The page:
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Pragmatics Analysis

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Baker (1992) maintains that pragmatics mainly highlights the use of utterances in communication and the way the hearer understands them in their context. Hence, pragmatics is “the study of language in use” (p.217). It focuses on how people play with meaning in their communication. Furthermore, Leech (1983) holds that “General Pragmatics” (p.1) is a key concept in knowing human language. He says that pragmatics is “how language is used in communication.”(p.1). Leech states that pragmatics studies meaning according to the speaker. Moreover, he defines it as “the study of meaning in relation to speech situations” (p.6).
Hatim and Munday (2004) maintain that Koller introduces different relations of equivalence based on the source text and …show more content…
Furthermore, Huang declares that “words are deeds” (p.93). He states that Austin introduces his speech act theory based on two conclusions. He realized that some sentences like “Good morning!” (p.94) and “Is she a vegetarian?” (p.94) do not give any new information; thus they cannot be judged according to being true or not. Moreover, he took notice that some sentences actually “do things” (p.95). Therefore, he introduces his classification of “performatives” (p.95) and “constatives” (p.95). He states that performatives mainly focus on “performing acts” (p.95) whereas constatives are concerned with “assertions or statements” (p.95). For instance, “I command you to surrender immediately” (p.95) is a performative, meanwhile “My daughter is called Elizabeth” (p. 95) is a constative. In addition, Austin classifies performatives into two types; namely, explicit and implicit. The main difference between them is that explicit performatives have the performative verb stated clearly as in “I promise to come to your talk tomorrow” (p.95). On the other hand, implicit performatives lack the performative verb as in “I’ll come to your talk tomorrow afternoon.” …show more content…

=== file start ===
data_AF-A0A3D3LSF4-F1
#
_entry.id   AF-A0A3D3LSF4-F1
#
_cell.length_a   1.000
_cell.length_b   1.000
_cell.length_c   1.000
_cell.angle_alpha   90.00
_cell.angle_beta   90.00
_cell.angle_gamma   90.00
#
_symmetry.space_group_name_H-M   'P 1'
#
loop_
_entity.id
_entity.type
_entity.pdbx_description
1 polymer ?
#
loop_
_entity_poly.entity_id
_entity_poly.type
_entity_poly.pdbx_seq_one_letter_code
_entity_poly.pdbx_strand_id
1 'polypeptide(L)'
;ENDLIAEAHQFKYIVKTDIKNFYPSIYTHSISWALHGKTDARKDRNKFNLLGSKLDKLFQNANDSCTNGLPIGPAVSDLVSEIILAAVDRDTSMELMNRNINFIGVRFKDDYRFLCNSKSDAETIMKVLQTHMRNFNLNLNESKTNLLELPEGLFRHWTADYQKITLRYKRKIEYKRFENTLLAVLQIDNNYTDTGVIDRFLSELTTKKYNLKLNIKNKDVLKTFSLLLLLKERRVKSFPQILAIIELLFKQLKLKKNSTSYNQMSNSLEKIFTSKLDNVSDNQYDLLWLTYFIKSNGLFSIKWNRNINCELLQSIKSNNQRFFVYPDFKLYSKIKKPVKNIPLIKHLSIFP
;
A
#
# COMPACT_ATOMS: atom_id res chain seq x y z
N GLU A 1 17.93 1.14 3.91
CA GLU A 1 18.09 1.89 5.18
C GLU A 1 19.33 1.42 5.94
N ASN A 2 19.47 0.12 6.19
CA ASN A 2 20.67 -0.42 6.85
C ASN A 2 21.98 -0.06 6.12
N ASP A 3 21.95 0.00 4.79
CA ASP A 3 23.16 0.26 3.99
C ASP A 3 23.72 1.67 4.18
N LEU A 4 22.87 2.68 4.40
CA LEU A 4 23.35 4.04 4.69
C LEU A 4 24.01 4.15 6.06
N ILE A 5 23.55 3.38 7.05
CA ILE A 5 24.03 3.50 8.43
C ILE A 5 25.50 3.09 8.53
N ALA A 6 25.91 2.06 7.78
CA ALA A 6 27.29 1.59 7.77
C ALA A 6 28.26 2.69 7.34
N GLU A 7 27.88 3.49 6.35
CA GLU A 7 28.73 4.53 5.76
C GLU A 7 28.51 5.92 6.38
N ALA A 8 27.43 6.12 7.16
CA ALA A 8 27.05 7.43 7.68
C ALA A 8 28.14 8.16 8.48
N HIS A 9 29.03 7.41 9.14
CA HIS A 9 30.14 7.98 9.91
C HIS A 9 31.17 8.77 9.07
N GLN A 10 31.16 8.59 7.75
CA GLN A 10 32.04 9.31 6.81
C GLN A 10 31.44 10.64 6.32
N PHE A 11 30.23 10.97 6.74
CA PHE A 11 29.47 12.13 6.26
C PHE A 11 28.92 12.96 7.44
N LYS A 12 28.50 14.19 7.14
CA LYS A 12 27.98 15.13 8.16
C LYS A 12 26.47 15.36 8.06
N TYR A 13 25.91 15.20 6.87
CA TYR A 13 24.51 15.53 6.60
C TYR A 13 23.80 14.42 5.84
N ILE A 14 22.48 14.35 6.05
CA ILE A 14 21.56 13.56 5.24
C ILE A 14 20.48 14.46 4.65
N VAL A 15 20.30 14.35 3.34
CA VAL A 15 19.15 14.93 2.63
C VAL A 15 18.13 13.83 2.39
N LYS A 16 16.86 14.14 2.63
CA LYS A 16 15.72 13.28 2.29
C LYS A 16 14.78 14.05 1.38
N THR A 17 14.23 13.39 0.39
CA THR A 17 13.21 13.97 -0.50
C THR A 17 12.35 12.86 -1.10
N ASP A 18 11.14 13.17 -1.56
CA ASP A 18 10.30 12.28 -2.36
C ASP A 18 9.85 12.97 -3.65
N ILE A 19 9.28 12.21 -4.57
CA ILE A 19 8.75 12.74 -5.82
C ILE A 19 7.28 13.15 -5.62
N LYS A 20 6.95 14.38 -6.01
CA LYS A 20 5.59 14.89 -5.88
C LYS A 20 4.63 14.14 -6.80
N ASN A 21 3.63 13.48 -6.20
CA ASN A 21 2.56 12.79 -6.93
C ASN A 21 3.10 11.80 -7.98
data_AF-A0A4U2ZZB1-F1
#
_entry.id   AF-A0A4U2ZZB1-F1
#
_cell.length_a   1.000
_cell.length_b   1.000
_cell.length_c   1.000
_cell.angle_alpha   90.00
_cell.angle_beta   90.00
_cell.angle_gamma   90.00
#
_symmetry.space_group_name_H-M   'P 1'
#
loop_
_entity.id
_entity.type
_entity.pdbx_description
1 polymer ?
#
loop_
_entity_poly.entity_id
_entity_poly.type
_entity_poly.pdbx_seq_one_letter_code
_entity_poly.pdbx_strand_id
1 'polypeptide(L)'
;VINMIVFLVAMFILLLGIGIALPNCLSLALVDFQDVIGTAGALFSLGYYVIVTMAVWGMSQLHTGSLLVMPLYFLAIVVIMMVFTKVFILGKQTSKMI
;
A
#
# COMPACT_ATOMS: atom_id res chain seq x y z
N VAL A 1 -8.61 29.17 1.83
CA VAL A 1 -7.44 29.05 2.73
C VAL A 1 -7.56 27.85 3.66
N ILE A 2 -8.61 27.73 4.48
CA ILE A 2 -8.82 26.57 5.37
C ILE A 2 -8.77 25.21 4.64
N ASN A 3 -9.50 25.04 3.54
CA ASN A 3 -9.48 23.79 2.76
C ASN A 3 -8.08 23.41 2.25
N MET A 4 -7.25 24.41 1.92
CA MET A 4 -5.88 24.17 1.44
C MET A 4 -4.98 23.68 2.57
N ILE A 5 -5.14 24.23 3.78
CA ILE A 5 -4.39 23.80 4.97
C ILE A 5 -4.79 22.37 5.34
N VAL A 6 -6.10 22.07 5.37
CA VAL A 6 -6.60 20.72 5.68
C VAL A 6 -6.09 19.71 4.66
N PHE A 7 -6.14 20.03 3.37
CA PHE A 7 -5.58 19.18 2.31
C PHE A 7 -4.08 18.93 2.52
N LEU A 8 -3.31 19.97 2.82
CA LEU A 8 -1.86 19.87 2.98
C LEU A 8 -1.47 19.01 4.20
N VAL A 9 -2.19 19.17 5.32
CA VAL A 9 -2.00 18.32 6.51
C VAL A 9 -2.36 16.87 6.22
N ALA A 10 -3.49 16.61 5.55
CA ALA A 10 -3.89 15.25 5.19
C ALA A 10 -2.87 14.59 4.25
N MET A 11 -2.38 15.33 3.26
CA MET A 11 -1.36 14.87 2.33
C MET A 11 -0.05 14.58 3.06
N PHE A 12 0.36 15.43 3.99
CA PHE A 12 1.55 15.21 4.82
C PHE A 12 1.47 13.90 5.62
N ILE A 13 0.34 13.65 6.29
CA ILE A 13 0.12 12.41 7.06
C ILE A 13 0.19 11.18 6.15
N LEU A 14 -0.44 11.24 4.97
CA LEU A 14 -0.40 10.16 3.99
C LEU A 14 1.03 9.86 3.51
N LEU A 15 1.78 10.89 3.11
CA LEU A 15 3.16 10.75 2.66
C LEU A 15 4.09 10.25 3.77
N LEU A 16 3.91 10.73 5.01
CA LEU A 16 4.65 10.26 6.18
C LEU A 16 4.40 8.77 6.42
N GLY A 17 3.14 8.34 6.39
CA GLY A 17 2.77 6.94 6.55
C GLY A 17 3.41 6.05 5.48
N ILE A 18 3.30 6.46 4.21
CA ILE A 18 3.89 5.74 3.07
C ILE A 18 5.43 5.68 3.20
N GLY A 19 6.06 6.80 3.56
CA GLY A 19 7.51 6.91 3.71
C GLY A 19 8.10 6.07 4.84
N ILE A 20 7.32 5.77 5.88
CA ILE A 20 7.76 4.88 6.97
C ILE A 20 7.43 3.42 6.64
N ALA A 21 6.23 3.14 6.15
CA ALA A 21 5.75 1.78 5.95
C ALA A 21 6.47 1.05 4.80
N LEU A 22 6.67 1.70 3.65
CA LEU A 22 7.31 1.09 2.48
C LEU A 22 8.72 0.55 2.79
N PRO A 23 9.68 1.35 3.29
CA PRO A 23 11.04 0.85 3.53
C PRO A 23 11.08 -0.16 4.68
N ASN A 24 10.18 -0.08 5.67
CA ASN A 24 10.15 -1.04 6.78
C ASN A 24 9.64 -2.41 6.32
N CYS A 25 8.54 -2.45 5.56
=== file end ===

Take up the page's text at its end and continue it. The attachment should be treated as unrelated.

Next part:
Searle declares that they are the basic components of speech acts. They actually play a vital role in carrying out the intended action. Searle classifies felicity conditions according to four levels: propositional content, preparatory condition, sincerity condition, and essential condition. Firstly, the propositional content focuses mainly on the real goal of the utterance. For instance, a promise requires the speaker to do a certain action in the future. Secondly, the preparatory condition is chiefly concerned with the circumstances that make the utterance come true. For example, in a promise the hearer believes that the promise will be carried out and the speaker is well aware of this fact. Thirdly, sincerity condition as in a promise means that the speaker is really going to carry it out. Finally, the essential condition is concerned with the intention of the speaker as in a promise the speaker has to have a true intention to fulfil his or her promise. In case the speaker does not carry out his or her promise, then the essential condition has been broken

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